Same with the idea of ‘BELIEVE’:

  • I believe that people are basically good
  • I believe in family
  • I believe in luck
  • I believe in love
  • I believe in being the best I can be
  • I believe that 2 and 2 are 4

The Bible takes the exhortation to believe VERY seriously. It actually seems to be a matter of eternal life or death, what we believe. So how should we think about it? Does it matter how we believe or what we believe in?  After all, the half-brother of Jesus taught us “…even the demons believe (in God) and shudder!” James 2:19b

Maybe a more precise question might be: How do we distinguish saving belief and simple factual belief?  And does that preposition IN make the difference?

Blue Letter Bible is the name of a website/app that provides a wealth of examples in how terms are used. In their discussion of the verb ‘to believe’ (Greek verb # 4100 PISTEUO) they consider contexts both in the Bible and in literature preceding and after NT days.  I found these nuanced meanings helpful:

  • to rely on
  • to place one’s confidence in
  • to embrace with joy
  • to make the foundation of your faith

In view of the richer and deeper concept of ‘to believe’ I now make a point to use one of these fresher substitutes. So in lieu of saying: I believe in Jesus, I substitute I rely on Jesus for all my needs.

I used to think many people were Christians when they said with easy confidence, “Oh I believe in God!”

But as I pointed out above, people believe in all sorts of things on a surface or shallow level, some of which are not even real (think – tooth fairies, conspiracy theories and a government that can fix our problems!)

I ask you then, does it matter what we mean by ‘to believe’?  Actually it does matter.  For what we believe and rely on….

Life and death balance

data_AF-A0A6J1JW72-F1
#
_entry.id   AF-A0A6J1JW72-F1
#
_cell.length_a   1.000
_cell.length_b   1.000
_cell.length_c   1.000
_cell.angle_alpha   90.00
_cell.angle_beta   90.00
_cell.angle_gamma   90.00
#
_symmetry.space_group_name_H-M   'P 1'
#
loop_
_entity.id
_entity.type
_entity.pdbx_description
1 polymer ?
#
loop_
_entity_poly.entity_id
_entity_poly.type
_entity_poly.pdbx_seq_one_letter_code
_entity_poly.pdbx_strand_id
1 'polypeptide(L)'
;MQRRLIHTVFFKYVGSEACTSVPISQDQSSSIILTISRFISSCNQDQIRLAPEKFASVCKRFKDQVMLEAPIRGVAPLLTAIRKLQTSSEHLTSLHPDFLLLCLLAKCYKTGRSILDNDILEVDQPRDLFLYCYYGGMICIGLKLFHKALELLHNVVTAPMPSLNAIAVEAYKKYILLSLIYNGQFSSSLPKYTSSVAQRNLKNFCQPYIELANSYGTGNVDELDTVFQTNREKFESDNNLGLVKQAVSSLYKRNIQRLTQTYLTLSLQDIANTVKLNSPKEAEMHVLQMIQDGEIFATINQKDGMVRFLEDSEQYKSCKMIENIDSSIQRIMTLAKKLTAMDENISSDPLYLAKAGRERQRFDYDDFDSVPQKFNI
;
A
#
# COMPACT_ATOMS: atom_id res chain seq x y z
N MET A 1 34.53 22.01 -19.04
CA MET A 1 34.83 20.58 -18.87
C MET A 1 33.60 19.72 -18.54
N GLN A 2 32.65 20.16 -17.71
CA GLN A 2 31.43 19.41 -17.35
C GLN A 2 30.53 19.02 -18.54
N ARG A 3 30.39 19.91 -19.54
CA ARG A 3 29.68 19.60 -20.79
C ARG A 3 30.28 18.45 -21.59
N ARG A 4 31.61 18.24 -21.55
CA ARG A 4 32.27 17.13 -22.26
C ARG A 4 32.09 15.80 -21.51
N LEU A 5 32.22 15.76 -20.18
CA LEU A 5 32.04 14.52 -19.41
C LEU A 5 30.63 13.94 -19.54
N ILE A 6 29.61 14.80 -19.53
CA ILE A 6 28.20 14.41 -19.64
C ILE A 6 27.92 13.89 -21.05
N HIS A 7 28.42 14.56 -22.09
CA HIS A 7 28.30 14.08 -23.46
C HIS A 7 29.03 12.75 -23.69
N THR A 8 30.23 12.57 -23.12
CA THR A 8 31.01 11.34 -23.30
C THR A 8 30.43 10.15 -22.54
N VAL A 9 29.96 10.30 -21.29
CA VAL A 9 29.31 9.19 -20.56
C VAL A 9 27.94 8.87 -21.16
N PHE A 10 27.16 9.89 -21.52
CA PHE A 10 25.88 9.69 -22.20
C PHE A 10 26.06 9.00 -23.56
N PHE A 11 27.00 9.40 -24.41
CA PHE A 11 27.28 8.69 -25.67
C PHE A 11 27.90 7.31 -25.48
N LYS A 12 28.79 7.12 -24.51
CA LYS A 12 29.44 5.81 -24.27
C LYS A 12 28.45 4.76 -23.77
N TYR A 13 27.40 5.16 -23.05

…..determines where you and I are going to spend eternity.

Here’s one example. When Jesus arrived at Mary and Martha’s house after Lazarus had died, Martha berates her friend by postulating that her brother would not have died had he arrived earlier.

Jesus said to her, “I am the resurrection and the life.  Whoever believes in me, though he die, yet shall he live,  and everyone who lives and believes in me shall never die. Do you believe this?” John 11:25-26

The question then is, does everyone who mouths the words, “I believe in Jesus” receive ‘forever-life’ with God?

Well, I’ll let you decide for yourself by sharing pastor John Piper’s view of belief in Jesus.

“Believing is coming to Jesus to be satisfied with all that God is for us in Jesus.”

From his sermon on 10th anniversary of 9/11

So I see belief in Jesus to be a reliance on Him as my constant and never-ending source for every need, desire, joy, anxiety, and problem.  He IS my treasure.  He IS my greatest good.  And His presence is rest and peace.  That is belief.

And what we believe in can actually be what we truly LOVE. I’ll let John Piper have the last word tying the two together:

“So the love of money is virtually the same as faith in money — belief (trust, confidence, assurance) that money will meet your needs and make you happy.”

Question:  What is it that you believe or base your life on?